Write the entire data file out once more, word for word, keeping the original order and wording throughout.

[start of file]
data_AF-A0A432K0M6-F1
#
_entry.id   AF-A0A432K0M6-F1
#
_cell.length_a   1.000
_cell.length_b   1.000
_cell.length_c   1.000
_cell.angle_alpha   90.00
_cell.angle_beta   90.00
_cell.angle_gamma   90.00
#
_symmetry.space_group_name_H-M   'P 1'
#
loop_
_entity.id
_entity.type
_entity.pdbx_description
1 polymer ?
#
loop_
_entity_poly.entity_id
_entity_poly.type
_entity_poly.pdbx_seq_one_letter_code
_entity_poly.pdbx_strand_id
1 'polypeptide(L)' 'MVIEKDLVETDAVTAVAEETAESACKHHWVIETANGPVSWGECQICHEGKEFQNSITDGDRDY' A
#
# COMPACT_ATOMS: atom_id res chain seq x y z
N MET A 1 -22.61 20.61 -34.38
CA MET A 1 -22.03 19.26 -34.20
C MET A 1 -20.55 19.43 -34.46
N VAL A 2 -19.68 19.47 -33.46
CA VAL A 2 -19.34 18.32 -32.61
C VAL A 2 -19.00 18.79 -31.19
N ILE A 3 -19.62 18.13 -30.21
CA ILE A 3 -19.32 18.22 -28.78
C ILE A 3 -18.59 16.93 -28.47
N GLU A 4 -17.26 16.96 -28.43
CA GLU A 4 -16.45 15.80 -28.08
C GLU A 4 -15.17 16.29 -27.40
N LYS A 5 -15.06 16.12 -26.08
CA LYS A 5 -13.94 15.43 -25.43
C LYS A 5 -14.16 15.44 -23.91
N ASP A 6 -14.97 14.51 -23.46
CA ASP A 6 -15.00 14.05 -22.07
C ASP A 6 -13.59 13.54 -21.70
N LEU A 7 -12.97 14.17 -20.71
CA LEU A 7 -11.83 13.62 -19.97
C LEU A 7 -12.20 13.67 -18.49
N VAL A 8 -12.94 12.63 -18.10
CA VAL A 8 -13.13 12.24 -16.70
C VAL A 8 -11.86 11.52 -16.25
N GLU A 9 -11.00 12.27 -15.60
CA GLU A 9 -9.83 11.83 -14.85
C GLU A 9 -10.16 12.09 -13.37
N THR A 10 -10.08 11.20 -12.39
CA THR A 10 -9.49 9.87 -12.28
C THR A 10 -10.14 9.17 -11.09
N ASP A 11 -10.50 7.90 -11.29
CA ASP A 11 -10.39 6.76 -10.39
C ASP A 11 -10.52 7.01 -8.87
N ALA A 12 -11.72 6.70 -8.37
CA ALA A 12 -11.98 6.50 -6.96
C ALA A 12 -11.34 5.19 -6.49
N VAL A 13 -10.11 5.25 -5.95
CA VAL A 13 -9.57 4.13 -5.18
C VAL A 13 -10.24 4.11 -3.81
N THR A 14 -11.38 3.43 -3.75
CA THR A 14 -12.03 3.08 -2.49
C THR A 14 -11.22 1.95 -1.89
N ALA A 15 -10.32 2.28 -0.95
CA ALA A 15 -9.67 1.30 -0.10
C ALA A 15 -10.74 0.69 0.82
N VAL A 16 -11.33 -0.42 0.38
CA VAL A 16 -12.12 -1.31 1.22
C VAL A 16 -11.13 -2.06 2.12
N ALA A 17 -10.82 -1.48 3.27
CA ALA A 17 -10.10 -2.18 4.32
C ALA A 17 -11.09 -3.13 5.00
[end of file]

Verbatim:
data_AF-A0A432K0M6-F1
#
_entry.id   AF-A0A432K0M6-F1
#
_cell.length_a   1.000
_cell.length_b   1.000
_cell.length_c   1.000
_cell.angle_alpha   90.00
_cell.angle_beta   90.00
_cell.angle_gamma   90.00
#
_symmetry.space_group_name_H-M   'P 1'
#
loop_
_entity.id
_entity.type
_entity.pdbx_description
1 polymer ?
#
loop_
_entity_poly.entity_id
_entity_poly.type
_entity_poly.pdbx_seq_one_letter_code
_entity_poly.pdbx_strand_id
1 'polypeptide(L)' 'MVIEKDLVETDAVTAVAEETAESACKHHWVIETANGPVSWGECQICHEGKEFQNSITDGDRDY' A
#
# COMPACT_ATOMS: atom_id res chain seq x y z
N MET A 1 -22.61 20.61 -34.38
CA MET A 1 -22.03 19.26 -34.20
C MET A 1 -20.55 19.43 -34.46
N VAL A 2 -19.68 19.47 -33.46
CA VAL A 2 -19.34 18.32 -32.61
C VAL A 2 -19.00 18.79 -31.19
N ILE A 3 -19.62 18.13 -30.21
CA ILE A 3 -19.32 18.22 -28.78
C ILE A 3 -18.59 16.93 -28.47
N GLU A 4 -17.26 16.96 -28.43
CA GLU A 4 -16.45 15.80 -28.08
C GLU A 4 -15.17 16.29 -27.40
N LYS A 5 -15.06 16.12 -26.08
CA LYS A 5 -13.94 15.43 -25.43
C LYS A 5 -14.16 15.44 -23.91
N ASP A 6 -14.97 14.51 -23.46
CA ASP A 6 -15.00 14.05 -22.07
C ASP A 6 -13.59 13.54 -21.70
N LEU A 7 -12.97 14.17 -20.71
CA LEU A 7 -11.83 13.62 -19.97
C LEU A 7 -12.20 13.67 -18.49
N VAL A 8 -12.94 12.63 -18.10
CA VAL A 8 -13.13 12.24 -16.70
C VAL A 8 -11.86 11.52 -16.25
N GLU A 9 -11.00 12.27 -15.60
CA GLU A 9 -9.83 11.83 -14.85
C GLU A 9 -10.16 12.09 -13.37
N THR A 10 -10.08 11.20 -12.39
CA THR A 10 -9.49 9.87 -12.28
C THR A 10 -10.14 9.17 -11.09
N ASP A 11 -10.50 7.90 -11.29
CA ASP A 11 -10.39 6.76 -10.39
C ASP A 11 -10.52 7.01 -8.87
N ALA A 12 -11.72 6.70 -8.37
CA ALA A 12 -11.98 6.50 -6.96
C ALA A 12 -11.34 5.19 -6.49
N VAL A 13 -10.11 5.25 -5.95
CA VAL A 13 -9.57 4.13 -5.18
C VAL A 13 -10.24 4.11 -3.81
N THR A 14 -11.38 3.43 -3.75
CA THR A 14 -12.03 3.08 -2.49
C THR A 14 -11.22 1.95 -1.89
N ALA A 15 -10.32 2.28 -0.95
CA ALA A 15 -9.67 1.30 -0.10
C ALA A 15 -10.74 0.69 0.82
N VAL A 16 -11.33 -0.42 0.38
CA VAL A 16 -12.12 -1.31 1.22
C VAL A 16 -11.13 -2.06 2.12
N ALA A 17 -10.82 -1.48 3.27
CA ALA A 17 -10.10 -2.18 4.32
C ALA A 17 -11.09 -3.13 5.00